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On the Cultural Transmission of Corruption

  • Hauk, Esther
  • Saez-Marti, Maria

We provide a cultural explanation to the phenomenon of corruption in the framework of an overlapping generations model with intergenerational transmission of values. We show that the economy has two steady states with different levels of corruption. The driving force in the equilibrium selection process is the education effort exerted by parents which depends on the distribution of ethics in the population and on expectations about future policies. We propose some policy interventions which via parents' efforts have long-lasting effects on corruption and show the success of intensive education campaigns. Educating the young is a key element in reducing corruption successfully.

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Article provided by Elsevier in its journal Journal of Economic Theory.

Volume (Year): 107 (2002)
Issue (Month): 2 (December)
Pages: 311-335

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Handle: RePEc:eee:jetheo:v:107:y:2002:i:2:p:311-335
Contact details of provider: Web page: http://www.elsevier.com/locate/inca/622869

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  1. Akerlof, George A, 1983. "Loyalty Filters," American Economic Review, American Economic Association, vol. 73(1), pages 54-63, March.
  2. Lui, Francis T., 1986. "A dynamic model of corruption deterrence," Journal of Public Economics, Elsevier, vol. 31(2), pages 215-236, November.
  3. Raaj Sah, 2006. "Corruption Across Countries and Regions: Some Consequences of Local Osmosis," Working Papers 0609, Harris School of Public Policy Studies, University of Chicago.
  4. Becker, Gary S, 1981. "Altruism in the Family and Selfishness in the Market Place," Economica, London School of Economics and Political Science, vol. 48(189), pages 1-15, February.
  5. Tirole, Jean, 1996. "A Theory of Collective Reputations (with Applications to the Persistence of Corruption and to Firm Quality)," Review of Economic Studies, Wiley Blackwell, vol. 63(1), pages 1-22, January.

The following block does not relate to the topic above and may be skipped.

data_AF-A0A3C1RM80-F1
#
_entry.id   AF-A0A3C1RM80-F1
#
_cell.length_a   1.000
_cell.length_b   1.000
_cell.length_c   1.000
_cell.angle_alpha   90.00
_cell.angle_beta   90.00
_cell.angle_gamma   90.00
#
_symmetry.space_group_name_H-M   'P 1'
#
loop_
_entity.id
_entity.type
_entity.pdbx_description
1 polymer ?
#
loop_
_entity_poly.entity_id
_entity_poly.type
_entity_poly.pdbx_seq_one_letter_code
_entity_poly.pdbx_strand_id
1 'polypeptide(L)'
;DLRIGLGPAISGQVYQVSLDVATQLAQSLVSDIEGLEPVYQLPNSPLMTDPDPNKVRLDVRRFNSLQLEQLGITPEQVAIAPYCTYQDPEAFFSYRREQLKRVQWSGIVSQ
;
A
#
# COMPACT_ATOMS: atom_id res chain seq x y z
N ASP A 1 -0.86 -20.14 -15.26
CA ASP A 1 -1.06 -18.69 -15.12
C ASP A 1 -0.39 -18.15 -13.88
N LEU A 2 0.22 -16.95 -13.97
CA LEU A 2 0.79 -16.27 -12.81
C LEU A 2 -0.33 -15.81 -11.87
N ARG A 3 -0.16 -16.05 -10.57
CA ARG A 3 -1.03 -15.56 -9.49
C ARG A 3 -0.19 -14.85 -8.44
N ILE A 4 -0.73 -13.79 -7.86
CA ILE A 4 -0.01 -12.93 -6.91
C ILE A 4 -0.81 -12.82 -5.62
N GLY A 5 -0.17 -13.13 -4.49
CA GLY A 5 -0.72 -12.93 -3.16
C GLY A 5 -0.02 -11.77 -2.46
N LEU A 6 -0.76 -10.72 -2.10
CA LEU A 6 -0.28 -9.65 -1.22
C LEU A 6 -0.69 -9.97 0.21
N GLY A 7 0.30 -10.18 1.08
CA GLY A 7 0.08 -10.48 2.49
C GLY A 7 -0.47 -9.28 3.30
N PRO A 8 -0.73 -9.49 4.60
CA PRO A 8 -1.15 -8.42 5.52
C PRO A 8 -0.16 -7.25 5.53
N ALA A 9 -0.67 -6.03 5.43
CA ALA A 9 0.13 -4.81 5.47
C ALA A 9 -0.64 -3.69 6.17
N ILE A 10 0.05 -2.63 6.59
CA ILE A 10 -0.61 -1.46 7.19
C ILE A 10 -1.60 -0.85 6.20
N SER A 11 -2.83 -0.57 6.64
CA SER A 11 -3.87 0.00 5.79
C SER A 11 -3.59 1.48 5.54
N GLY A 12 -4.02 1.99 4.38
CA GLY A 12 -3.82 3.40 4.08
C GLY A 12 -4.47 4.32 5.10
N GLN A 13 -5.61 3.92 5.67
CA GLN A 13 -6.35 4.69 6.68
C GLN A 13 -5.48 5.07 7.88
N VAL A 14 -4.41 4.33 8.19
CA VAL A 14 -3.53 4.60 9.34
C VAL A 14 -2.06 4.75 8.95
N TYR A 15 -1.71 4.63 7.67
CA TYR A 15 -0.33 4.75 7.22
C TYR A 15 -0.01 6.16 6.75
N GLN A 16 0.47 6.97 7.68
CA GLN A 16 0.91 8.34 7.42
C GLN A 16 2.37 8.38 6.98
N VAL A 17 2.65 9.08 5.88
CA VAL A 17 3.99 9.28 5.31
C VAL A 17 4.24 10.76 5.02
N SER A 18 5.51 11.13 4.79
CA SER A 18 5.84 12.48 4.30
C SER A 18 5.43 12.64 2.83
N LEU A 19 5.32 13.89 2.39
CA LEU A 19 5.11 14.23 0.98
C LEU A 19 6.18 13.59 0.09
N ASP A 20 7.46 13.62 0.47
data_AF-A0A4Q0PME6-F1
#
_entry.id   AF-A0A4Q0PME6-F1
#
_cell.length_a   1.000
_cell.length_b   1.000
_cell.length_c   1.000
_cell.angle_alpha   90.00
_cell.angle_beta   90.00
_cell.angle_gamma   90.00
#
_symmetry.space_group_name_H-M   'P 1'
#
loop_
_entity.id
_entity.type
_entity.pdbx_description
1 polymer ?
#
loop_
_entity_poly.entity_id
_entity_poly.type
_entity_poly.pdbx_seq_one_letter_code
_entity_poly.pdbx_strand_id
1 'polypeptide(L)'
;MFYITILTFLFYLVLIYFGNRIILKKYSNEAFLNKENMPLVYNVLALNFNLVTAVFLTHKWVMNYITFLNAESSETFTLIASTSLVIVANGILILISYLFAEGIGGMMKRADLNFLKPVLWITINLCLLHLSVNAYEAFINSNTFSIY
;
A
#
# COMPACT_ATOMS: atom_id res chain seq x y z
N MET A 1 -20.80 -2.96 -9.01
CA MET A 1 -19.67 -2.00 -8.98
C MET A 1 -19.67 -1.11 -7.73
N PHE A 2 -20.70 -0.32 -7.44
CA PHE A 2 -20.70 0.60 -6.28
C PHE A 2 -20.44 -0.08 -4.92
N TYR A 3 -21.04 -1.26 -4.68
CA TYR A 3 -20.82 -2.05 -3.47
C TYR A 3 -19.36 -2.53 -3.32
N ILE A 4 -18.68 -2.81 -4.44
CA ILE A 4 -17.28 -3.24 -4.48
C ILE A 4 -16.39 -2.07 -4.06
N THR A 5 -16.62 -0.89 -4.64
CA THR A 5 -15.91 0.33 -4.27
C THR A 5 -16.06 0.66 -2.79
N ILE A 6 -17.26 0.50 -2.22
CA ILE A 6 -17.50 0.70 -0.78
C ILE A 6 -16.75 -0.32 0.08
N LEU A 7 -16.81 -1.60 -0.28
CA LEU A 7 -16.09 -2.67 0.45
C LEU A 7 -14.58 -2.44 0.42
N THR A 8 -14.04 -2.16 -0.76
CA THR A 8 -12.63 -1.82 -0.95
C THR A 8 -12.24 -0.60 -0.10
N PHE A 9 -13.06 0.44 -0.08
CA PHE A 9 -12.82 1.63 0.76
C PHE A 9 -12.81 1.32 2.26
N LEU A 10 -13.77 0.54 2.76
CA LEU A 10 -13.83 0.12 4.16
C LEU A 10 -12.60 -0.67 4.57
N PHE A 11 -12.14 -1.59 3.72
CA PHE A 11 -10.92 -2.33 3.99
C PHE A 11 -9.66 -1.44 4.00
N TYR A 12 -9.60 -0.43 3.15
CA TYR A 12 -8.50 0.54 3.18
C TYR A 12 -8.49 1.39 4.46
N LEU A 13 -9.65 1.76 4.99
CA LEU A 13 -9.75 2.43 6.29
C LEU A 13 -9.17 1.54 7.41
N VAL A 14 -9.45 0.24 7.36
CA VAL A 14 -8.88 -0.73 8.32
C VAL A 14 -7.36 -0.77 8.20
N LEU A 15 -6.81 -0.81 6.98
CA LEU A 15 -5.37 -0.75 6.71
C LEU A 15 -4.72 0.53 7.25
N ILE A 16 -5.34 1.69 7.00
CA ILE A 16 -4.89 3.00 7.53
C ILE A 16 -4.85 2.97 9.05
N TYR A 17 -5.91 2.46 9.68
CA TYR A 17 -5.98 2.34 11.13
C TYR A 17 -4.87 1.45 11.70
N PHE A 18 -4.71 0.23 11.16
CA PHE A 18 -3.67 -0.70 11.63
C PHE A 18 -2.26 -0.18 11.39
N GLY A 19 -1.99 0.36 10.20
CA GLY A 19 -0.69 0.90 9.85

6. Bisin, A. & Verdier, T., 1997. "The Economics of Cultural Transmission and the Dynamics of Preferences," DELTA Working Papers 97-03, DELTA (Ecole normale supérieure).
  7. Andvig, J.C. & Ove Moene, K., 1988. "How Corruption May Corrupt," Memorandum 20/1988, Oslo University, Department of Economics.
  8. Becker, Gary S, 1976. "Altruism, Egoism, and Genetic Fitness: Economics and Sociobiology," Journal of Economic Literature, American Economic Association, vol. 14(3), pages 817-26, September.
  9. Qizilbash, M., 1994. "Corruption, temptation and guilt: moral character in economic theory," Discussion Paper Series In Economics And Econometrics 9419, Economics Division, School of Social Sciences, University of Southampton.
  10. Laffont, Jean-Jacques & N'Guessan, Tchetche, 1999. "Competition and corruption in an agency relationship," Journal of Development Economics, Elsevier, vol. 60(2), pages 271-295, December.
  11. Cadot, Olivier, 1987. "Corruption as a gamble," Journal of Public Economics, Elsevier, vol. 33(2), pages 223-244, July.
  12. Becker, Gary S, 1977. "Altruism, Egoism, and Genetic Fitness: Economics and Sociobiology: Reply," Journal of Economic Literature, American Economic Association, vol. 15(2), pages 506-07, June.
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